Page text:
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Government Affairs Albany Update

February 9, 2001

Priority Issue on Single Sales Factor (S.2064) Available on Internet

Senator Dean Skelos's bill to implement Single Sales Factor Apportionment for Article 9-A taxpayers (S.2064 introduced February 1)

Senator Skelos's bill is The Business Council's top tax priority issue for 2001 and would remove the hidden tax increase in the current apportionment formula that occurs when employers locate jobs in New York. Correspondingly, S.2064 removes the hidden tax decrease that occurs when corporations place jobs in other states or remove jobs from New York. Both the tax increase on New York employers and the tax decrease for out-of-State employers occur because New York's current apportionment formula contains property and payroll factors. The more one employs and invests in New York, the more one is taxed; the more one locates employment and investment outside New York, the less one is taxed.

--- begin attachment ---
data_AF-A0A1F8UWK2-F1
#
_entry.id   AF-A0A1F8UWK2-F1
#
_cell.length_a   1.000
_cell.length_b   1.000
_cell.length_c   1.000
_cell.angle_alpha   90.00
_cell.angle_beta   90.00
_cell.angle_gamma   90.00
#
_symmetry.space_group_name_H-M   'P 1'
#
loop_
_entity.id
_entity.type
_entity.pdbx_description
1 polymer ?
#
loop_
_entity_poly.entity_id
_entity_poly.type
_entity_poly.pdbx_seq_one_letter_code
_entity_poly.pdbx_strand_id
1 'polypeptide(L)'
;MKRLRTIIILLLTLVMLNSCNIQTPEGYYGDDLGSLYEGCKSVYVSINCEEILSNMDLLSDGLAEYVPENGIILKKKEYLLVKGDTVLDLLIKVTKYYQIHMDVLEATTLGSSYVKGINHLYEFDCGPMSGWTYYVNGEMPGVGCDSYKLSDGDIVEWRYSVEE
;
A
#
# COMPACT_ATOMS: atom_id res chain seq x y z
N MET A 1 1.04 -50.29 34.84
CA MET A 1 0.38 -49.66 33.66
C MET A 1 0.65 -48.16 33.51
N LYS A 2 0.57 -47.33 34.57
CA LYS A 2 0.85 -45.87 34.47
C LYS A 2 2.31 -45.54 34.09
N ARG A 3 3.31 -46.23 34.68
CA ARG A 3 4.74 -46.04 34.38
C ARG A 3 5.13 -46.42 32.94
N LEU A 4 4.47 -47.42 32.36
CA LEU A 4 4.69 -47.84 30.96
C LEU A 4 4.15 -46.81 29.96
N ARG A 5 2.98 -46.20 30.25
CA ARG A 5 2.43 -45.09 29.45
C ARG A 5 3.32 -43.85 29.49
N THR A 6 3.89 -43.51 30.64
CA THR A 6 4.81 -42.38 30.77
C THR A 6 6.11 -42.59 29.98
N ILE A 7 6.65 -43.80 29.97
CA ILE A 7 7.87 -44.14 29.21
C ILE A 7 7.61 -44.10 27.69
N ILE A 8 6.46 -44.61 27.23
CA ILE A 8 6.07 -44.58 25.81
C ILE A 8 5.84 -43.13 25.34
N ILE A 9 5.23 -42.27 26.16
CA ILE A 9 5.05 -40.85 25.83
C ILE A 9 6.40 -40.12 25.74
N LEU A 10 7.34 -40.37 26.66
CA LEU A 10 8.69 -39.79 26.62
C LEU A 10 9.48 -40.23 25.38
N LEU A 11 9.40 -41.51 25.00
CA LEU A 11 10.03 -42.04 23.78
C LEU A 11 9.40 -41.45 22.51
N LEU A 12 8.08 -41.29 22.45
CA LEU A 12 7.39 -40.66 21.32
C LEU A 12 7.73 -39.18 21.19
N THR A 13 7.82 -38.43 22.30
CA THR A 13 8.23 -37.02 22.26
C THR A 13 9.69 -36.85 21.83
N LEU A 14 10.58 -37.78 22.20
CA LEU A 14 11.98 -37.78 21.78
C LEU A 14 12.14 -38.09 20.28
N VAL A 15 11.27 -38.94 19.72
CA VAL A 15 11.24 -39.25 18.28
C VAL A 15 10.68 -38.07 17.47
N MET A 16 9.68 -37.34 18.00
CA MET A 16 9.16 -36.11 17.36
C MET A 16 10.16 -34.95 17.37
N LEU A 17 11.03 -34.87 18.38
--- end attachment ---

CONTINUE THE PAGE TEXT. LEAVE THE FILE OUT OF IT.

The inclusion of property and payroll in the current apportionment formula costs New York employers $250 million annually which is used to fund a $100 million annual tax reduction for out-of-State employers; the difference of $150 million remains in the State treasury. Even if the goal of tax policy was the perverse provision of a tax incentive to encourage location of jobs outside New York, the current apportionment formula is an inefficient way to do so as it requires in-State employers to pay an additional $2.50 for every $1 of tax break given to out-of-State employers.

Superfund Testimony

The Business Council provided testimony this week to a joint legislative budget hearing regarding the Governor's superfund reform and refinancing proposal. In addressing the Senate Finance and Assembly Ways and Means Committee, Ken Pokalsky, the Council's Director of Environmental Programs, described as "myths" the perception that business is not paying its "fair share" for cleanups, or that reform measures would leave contaminated sites "dirty". He said that while The Business Council supports some components of the Governor's bill – specifically the approach for soil cleanups and the "brownfield" development incentives – important amendments were necessary with regard to groundwater, liability releases and other factors necessary to make the program more effective and efficient.

Our press release, and the full text of our testimony, is here.